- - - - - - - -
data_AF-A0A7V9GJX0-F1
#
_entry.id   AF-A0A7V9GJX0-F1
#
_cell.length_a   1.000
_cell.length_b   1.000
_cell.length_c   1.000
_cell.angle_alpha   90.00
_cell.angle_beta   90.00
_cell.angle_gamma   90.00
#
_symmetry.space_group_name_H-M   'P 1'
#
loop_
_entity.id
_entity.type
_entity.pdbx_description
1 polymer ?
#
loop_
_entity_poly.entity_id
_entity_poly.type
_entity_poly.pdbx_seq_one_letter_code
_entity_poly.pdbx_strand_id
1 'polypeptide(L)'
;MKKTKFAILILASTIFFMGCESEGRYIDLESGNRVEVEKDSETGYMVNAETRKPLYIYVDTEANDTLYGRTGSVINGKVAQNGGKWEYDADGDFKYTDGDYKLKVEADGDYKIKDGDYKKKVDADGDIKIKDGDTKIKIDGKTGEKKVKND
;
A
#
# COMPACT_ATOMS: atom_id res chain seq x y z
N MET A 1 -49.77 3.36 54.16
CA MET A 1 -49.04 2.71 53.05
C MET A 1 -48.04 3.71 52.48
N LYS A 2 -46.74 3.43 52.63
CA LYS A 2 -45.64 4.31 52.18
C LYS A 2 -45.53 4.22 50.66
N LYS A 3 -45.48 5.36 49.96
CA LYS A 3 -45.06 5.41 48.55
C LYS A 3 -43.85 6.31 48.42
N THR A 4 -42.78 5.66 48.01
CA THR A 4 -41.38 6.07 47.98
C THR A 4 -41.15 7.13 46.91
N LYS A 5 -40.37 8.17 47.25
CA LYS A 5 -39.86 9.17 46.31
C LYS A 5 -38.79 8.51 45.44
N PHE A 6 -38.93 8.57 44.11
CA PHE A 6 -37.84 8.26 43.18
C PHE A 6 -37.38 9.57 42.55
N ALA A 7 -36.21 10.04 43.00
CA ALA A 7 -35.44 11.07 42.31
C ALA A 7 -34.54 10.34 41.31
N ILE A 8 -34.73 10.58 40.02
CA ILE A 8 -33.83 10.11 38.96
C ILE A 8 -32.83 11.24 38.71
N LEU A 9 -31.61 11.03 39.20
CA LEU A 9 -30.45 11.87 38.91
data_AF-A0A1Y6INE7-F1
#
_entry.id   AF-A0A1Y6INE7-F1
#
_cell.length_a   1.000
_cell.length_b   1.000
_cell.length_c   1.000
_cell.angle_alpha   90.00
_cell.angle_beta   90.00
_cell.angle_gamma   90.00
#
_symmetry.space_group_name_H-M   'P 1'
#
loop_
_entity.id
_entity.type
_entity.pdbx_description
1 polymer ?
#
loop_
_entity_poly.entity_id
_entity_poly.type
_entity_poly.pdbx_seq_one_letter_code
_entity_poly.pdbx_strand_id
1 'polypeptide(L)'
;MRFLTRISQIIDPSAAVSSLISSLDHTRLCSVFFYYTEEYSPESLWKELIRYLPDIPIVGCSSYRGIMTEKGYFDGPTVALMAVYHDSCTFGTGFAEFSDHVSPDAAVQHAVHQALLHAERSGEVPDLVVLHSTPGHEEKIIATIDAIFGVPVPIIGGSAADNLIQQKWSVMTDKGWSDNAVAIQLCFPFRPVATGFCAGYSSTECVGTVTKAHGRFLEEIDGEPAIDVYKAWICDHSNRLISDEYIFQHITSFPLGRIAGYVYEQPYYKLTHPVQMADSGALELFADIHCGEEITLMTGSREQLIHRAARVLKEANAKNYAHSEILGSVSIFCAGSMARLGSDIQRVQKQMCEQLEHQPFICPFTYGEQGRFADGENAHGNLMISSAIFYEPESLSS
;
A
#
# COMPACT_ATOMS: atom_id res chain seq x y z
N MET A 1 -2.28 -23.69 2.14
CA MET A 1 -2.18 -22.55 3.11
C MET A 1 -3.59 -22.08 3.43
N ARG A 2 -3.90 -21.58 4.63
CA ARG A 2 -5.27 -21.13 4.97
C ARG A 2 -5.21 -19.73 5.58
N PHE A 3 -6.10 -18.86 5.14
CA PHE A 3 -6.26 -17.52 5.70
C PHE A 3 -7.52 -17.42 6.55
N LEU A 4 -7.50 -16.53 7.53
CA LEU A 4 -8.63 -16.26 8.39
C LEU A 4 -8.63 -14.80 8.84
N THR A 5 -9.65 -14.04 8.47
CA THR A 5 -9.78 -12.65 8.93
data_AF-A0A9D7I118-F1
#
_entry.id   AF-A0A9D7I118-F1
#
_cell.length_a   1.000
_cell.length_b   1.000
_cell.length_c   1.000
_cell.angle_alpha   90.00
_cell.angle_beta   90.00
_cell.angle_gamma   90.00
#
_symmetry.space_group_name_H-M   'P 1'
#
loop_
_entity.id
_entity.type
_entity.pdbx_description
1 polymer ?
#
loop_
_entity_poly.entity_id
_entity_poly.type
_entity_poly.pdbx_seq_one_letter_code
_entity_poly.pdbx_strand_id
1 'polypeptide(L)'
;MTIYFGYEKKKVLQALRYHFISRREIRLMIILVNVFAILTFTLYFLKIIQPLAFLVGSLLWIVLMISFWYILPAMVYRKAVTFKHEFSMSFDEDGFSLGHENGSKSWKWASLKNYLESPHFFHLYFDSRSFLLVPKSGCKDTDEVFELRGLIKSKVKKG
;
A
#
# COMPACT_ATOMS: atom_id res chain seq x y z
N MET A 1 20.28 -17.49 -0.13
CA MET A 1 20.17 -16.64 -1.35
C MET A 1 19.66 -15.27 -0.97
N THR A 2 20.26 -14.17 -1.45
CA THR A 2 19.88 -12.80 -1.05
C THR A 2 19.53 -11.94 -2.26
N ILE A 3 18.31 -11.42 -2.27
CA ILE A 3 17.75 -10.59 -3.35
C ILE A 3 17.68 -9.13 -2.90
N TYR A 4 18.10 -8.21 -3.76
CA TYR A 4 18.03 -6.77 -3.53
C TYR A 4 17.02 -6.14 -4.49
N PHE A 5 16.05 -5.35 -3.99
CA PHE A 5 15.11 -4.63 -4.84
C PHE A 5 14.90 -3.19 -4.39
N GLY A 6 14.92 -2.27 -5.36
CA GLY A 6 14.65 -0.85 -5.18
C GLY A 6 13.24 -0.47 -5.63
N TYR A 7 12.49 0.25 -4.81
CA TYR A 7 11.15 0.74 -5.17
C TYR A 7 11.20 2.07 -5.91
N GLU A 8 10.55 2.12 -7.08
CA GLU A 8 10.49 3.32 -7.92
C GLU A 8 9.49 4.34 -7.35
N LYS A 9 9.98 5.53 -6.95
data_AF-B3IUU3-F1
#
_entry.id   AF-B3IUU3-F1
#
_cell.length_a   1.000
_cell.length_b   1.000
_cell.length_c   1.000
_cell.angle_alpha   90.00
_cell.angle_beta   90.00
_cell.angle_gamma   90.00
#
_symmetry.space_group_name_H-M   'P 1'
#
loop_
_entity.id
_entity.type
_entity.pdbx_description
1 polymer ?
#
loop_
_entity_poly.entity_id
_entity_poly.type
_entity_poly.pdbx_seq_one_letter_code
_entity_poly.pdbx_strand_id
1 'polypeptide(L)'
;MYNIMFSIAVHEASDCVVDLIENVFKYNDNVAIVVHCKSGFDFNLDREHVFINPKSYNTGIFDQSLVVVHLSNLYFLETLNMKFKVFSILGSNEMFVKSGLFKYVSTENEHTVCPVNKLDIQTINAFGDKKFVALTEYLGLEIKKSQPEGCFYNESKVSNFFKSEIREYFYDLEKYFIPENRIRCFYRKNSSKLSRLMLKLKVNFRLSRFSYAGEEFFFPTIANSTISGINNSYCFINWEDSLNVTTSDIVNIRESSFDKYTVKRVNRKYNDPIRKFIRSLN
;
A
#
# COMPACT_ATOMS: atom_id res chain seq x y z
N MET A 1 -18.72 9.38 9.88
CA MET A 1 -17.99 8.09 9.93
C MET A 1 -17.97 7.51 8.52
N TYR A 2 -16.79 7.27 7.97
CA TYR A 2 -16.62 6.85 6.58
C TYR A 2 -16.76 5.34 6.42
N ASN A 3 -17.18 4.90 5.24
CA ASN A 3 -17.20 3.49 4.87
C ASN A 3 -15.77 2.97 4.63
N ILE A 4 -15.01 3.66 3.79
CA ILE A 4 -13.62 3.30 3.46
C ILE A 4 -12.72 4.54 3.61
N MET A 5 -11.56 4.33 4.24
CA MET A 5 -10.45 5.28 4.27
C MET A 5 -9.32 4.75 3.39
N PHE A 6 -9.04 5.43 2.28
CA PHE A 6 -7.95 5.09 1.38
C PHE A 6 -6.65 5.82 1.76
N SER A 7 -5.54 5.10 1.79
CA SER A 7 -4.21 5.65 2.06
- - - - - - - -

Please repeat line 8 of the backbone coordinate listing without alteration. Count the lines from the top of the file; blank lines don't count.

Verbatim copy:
_cell.angle_alpha   90.00